Publication: The New York Times
New York, NY, United States
LEHIGH FREIGHT DEPOT BURNS IN NEW JERSEY
Many Cars with Goods for the South and Midwest Are Destroyed.
Fire of an unknown origin destroyed last night the freight sorting and transfer station of the Lehigh Valley Railroad on the Norfolk Meadows, near Bay Avenue, and about a mile east of the shipbuilding plant of the Submarine Boat Corporation and the new Quartermaster shipping base at the Port Newark terminal. The building was a frame structure about 400 feet long and 150 wide, with about twenty railroad tracks which were filled partly with cars of freight being made into trains for shipment to the Middle West and the South.
Before the apparatus from the nearest fire station of the Newark Department could make the run of almost three miles in response to the first alarm the entire building was in flames. The fireman reported to the Newark Fire Headquarters that there was no use in sending additional apparatus, because it would be impossible to save the building or any of the cars of freight, as the flames had gained great headway in the high wind which prevailed. No other buildings or factories of any kind were near enough to the transfer station to catch fire, and the firemen confined their work to trying to save some of the cars of freight.
All the freight in the transfer station had been shipped from New York and other cities in the East to be made into trains for shipment to the interior, and none of the cars contained munitions, food for soldiers, or materials for the shipbuilding plants in the Port Newark terminal. A few soldiers from the Quartermaster shipping base at the station to make a report on the fire for Major Lamphere, commanding the guard at the shipping base.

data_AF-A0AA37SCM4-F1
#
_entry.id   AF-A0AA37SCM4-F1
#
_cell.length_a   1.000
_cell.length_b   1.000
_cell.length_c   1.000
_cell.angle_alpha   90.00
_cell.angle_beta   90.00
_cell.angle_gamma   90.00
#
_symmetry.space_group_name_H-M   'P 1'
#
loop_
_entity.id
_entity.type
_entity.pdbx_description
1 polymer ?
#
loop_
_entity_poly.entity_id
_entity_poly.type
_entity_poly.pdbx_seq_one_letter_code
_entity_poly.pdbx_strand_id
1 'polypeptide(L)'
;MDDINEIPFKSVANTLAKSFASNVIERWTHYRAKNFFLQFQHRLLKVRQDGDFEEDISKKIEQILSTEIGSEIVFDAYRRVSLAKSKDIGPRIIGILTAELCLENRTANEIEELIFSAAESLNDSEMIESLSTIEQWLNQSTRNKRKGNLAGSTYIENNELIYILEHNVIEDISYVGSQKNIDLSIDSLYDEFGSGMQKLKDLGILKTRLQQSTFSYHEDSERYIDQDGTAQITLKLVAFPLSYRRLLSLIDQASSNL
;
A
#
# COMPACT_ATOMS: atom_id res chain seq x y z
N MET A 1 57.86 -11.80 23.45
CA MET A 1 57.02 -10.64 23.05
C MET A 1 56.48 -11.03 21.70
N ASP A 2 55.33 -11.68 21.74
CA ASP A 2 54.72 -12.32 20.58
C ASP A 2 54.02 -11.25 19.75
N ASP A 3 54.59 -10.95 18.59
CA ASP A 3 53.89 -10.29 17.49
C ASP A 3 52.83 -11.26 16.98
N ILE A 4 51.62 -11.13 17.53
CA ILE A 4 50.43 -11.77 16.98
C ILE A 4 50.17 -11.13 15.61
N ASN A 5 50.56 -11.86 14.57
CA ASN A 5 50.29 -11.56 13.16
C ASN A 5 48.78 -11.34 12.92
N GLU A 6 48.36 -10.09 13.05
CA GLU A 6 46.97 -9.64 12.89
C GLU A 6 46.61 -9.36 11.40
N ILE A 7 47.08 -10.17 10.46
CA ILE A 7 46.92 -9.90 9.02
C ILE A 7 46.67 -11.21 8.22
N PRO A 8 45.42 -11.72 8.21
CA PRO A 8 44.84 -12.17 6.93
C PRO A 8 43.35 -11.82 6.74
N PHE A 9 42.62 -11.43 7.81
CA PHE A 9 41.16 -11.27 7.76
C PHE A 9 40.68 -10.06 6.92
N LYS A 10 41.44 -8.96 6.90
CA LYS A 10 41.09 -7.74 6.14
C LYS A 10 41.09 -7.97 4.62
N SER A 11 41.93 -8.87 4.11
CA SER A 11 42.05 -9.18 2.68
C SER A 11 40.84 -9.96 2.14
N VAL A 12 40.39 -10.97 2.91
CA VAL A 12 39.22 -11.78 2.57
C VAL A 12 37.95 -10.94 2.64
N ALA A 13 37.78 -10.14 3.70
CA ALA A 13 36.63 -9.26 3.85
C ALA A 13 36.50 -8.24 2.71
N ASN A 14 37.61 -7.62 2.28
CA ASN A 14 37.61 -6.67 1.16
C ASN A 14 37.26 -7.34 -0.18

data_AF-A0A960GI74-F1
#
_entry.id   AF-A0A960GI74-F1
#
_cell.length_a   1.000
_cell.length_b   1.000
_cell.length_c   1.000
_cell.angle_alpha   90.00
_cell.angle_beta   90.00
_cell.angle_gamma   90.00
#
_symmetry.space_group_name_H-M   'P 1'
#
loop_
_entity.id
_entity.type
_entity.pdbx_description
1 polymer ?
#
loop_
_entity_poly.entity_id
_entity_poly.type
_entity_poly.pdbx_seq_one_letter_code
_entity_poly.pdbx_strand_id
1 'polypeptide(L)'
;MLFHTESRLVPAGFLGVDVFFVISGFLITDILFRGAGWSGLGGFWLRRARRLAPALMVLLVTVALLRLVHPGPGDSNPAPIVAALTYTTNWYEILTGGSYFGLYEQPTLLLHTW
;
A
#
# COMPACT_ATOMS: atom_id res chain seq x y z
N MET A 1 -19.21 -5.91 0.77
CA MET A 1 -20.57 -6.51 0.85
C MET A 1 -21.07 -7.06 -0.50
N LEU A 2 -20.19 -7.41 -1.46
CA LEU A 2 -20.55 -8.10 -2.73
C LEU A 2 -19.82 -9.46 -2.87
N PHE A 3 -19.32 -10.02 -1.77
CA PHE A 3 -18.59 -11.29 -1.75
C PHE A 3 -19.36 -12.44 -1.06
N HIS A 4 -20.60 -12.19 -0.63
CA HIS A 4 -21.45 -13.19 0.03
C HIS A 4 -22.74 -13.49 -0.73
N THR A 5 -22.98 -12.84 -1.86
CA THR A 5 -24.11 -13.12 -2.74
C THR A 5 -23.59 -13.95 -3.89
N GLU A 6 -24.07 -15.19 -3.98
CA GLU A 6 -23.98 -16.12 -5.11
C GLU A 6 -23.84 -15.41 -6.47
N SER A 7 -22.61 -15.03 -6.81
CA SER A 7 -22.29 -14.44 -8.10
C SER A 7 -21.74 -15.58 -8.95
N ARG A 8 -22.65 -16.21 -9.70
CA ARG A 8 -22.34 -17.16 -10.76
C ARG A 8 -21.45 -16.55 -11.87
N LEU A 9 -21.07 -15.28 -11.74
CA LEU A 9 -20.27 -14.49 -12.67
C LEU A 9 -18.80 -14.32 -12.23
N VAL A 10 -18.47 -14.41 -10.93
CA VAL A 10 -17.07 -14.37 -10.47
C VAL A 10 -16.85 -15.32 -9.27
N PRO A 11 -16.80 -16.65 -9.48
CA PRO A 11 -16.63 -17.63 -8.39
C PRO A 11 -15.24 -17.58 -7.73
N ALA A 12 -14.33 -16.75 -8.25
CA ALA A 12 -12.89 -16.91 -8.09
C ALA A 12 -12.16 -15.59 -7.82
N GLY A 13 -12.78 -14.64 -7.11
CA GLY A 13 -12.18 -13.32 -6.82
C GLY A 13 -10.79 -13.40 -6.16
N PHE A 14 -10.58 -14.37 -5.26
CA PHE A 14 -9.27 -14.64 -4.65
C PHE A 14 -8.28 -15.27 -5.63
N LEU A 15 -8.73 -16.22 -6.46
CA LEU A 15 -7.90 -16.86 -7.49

Officials of the railroad last night said they could make no estimate of the loss until the freight lists had been checked, but they thought it would be several hundred thousands. Watchmen at the station reported no suspicious circumstances in connection with the fire.
|Researcher notes:||According to the August 1990 Crown Jewels Article "disaster struck the Brookfield plant in Old Bridge on February 10, 1918 when 28 freight cars were destroyed. The disaster is best told in William Brookfield's words, 'One of the worst things that happened during WWI was that Father (Henry M. Brookfield) had an enormous order of insulators finished, waiting for the engines to take them to the wharf. Saboteurs set the sidings and packing room as well as the warehouse on fire and burned the whole shipment.'" This article does not specifically mention Brookfield, but the subject and date match.|
|Supplemental information:||Article: 10258|
|Date completed:||November 8, 2009 by: Bob Berry;|